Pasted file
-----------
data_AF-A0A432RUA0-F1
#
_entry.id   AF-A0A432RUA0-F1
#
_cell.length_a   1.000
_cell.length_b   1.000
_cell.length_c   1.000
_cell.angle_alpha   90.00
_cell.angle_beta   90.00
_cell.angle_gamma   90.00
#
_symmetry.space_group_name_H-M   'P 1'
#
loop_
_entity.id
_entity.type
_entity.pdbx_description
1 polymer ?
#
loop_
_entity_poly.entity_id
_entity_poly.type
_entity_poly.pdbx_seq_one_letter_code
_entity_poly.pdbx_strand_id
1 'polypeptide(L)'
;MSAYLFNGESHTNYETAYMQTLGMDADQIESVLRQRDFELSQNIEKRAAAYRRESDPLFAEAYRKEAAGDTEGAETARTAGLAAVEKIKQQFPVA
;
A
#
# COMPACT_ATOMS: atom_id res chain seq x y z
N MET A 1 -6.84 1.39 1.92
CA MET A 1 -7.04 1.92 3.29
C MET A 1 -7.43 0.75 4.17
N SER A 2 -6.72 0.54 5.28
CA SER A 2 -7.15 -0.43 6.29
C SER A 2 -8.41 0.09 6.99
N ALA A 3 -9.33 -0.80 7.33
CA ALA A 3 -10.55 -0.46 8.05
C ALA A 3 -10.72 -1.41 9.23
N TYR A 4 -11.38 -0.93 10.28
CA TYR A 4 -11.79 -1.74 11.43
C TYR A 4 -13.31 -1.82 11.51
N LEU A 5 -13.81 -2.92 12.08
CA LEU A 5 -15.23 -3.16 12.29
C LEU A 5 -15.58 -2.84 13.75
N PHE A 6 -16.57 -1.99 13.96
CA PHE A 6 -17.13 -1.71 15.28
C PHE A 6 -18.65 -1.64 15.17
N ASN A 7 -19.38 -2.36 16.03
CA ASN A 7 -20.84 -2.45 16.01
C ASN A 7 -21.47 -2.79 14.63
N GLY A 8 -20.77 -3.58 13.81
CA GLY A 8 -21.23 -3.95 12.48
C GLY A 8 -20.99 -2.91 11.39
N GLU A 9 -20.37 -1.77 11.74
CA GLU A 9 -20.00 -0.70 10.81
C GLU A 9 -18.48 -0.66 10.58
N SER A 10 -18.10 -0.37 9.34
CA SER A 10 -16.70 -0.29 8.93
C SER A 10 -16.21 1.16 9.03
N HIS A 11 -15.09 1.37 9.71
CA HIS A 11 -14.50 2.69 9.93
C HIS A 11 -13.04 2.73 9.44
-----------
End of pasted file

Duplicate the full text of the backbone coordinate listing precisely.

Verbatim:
data_AF-A0A432RUA0-F1
#
_entry.id   AF-A0A432RUA0-F1
#
_cell.length_a   1.000
_cell.length_b   1.000
_cell.length_c   1.000
_cell.angle_alpha   90.00
_cell.angle_beta   90.00
_cell.angle_gamma   90.00
#
_symmetry.space_group_name_H-M   'P 1'
#
loop_
_entity.id
_entity.type
_entity.pdbx_description
1 polymer ?
#
loop_
_entity_poly.entity_id
_entity_poly.type
_entity_poly.pdbx_seq_one_letter_code
_entity_poly.pdbx_strand_id
1 'polypeptide(L)'
;MSAYLFNGESHTNYETAYMQTLGMDADQIESVLRQRDFELSQNIEKRAAAYRRESDPLFAEAYRKEAAGDTEGAETARTAGLAAVEKIKQQFPVA
;
A
#
# COMPACT_ATOMS: atom_id res chain seq x y z
N MET A 1 -6.84 1.39 1.92
CA MET A 1 -7.04 1.92 3.29
C MET A 1 -7.43 0.75 4.17
N SER A 2 -6.72 0.54 5.28
CA SER A 2 -7.15 -0.43 6.29
C SER A 2 -8.41 0.09 6.99
N ALA A 3 -9.33 -0.80 7.33
CA ALA A 3 -10.55 -0.46 8.05
C ALA A 3 -10.72 -1.41 9.23
N TYR A 4 -11.38 -0.93 10.28
CA TYR A 4 -11.79 -1.74 11.43
C TYR A 4 -13.31 -1.82 11.51
N LEU A 5 -13.81 -2.92 12.08
CA LEU A 5 -15.23 -3.16 12.29
C LEU A 5 -15.58 -2.84 13.75
N PHE A 6 -16.57 -1.99 13.96
CA PHE A 6 -17.13 -1.71 15.28
C PHE A 6 -18.65 -1.64 15.17
N ASN A 7 -19.38 -2.36 16.03
CA ASN A 7 -20.84 -2.45 16.01
C ASN A 7 -21.47 -2.79 14.63
N GLY A 8 -20.77 -3.58 13.81
CA GLY A 8 -21.23 -3.95 12.48
C GLY A 8 -20.99 -2.91 11.39
N GLU A 9 -20.37 -1.77 11.74
CA GLU A 9 -20.00 -0.70 10.81
C GLU A 9 -18.48 -0.66 10.58
N SER A 10 -18.10 -0.37 9.34
CA SER A 10 -16.70 -0.29 8.93
C SER A 10 -16.21 1.16 9.03
N HIS A 11 -15.09 1.37 9.71
CA HIS A 11 -14.50 2.69 9.93
C HIS A 11 -13.04 2.73 9.44